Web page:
You’ve probably heard classical violinists on YouTube tossing around the word “violin harmonics” when they talk about the pieces they practice — but what does that even mean? And why would anyone want to study harmonic notes on the violin?
Rest assured, in this blog post you will learn everything there is to know about violin harmonics.
Violin harmonics are, by definition, a violin technique in which you play overtones. You do that by softly touching the violin string with a finger on your left hand while drawing a normal bow stroke with your right hand.
Here you can see an example of playing harmonic notes on the violin.
Another word for violin harmonics is a “flageolet”. A flageolet is a wooden flute that produces a whistle-like sound. You can listen to it here:
The harmonic notes on a violin sound similar to how this flute sounds. That is why we call these harmonic notes made on violin flageolets. However, in this post I will only use the term harmonic notes or harmonics, since that is what most people would use. Besides harmonics being one of the basic violin techniques, harmonics are some of the most beautiful sounds a violin can produce. So let’s start learning right away!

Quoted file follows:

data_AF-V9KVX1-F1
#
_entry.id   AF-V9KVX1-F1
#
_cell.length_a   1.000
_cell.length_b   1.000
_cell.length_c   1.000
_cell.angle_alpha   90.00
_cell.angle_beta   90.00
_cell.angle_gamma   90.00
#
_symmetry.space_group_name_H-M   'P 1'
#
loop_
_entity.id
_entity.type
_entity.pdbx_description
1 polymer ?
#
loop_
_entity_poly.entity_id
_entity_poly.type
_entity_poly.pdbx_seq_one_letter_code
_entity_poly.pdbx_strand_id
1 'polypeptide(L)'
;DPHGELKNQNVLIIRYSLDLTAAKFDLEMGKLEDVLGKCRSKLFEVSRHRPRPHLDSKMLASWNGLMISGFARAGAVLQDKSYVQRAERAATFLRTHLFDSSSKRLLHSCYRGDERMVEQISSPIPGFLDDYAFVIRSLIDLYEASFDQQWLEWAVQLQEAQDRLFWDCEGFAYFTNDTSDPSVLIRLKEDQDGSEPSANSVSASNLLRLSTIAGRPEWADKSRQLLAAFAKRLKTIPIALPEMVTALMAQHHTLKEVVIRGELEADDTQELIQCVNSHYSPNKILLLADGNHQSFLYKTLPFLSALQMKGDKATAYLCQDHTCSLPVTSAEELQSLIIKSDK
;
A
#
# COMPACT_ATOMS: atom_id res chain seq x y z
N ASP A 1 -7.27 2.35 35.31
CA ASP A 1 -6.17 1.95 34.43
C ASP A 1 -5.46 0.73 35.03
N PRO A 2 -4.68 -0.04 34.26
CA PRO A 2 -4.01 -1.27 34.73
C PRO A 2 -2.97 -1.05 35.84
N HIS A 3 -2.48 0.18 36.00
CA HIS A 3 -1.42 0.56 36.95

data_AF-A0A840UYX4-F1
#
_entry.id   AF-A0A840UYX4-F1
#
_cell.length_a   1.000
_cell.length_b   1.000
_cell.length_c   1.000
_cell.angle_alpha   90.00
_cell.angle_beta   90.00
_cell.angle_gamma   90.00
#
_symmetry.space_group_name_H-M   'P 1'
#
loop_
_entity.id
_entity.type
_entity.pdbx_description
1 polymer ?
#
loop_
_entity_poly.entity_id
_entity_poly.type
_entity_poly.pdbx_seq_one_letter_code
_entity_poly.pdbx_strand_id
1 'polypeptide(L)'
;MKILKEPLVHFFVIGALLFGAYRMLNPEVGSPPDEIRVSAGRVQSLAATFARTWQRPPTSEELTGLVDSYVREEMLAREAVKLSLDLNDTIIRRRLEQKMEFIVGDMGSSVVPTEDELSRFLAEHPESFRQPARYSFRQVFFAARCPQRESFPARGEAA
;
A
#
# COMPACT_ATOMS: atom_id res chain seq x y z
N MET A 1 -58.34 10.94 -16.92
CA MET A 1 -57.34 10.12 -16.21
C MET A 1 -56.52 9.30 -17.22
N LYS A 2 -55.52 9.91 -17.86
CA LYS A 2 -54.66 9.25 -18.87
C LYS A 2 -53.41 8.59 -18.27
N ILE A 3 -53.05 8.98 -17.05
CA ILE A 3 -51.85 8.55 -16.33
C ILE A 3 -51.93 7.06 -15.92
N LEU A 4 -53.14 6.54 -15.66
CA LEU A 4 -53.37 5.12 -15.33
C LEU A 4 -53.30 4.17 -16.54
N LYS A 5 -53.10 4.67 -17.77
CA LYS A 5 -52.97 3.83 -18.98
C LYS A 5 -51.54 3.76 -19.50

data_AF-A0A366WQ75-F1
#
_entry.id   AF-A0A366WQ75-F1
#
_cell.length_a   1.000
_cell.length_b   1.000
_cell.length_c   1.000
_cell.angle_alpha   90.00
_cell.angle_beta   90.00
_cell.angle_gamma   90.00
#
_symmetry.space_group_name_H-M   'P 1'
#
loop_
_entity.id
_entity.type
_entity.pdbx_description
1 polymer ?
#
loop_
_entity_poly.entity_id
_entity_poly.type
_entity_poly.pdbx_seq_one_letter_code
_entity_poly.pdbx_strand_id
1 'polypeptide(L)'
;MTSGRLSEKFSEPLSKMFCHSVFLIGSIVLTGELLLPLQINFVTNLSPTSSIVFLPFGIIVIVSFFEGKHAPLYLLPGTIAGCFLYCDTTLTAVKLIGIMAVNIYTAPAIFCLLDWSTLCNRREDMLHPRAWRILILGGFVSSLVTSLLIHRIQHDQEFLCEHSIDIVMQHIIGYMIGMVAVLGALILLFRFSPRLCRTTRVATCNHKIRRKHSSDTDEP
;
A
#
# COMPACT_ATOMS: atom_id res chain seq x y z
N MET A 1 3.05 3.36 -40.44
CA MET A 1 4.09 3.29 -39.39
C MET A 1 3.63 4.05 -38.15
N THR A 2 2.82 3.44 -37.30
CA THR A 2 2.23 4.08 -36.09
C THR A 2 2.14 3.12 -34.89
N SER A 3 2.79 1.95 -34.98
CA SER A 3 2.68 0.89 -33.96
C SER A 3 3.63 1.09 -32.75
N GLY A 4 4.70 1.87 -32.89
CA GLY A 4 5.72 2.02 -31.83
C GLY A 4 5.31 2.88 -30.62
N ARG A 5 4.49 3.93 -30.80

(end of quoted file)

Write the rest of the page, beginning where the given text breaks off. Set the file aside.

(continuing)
How Do Harmonics Work on a Violin?
The physics of harmonics – basics
To understand how harmonics on a violin work, let’s first understand our violin construction.
The function of the bridge is to stop the strings from vibrating beyond that point. In like fashion, this same function applies to the nut. It stops the strings from vibrating at the head of the violin. Therefore the amount of string vibrating on your violin is from the bridge to the nut.
When a string is vibrating it:
- Produces the lowest normal mode frequency (fundamental frequency) and higher frequencies called overtones.
- It vibrates at divisional points called nodes. These nodes are a multiple of the fundamental pitch. Touching the string at each of these nodes will produce the harmonic note.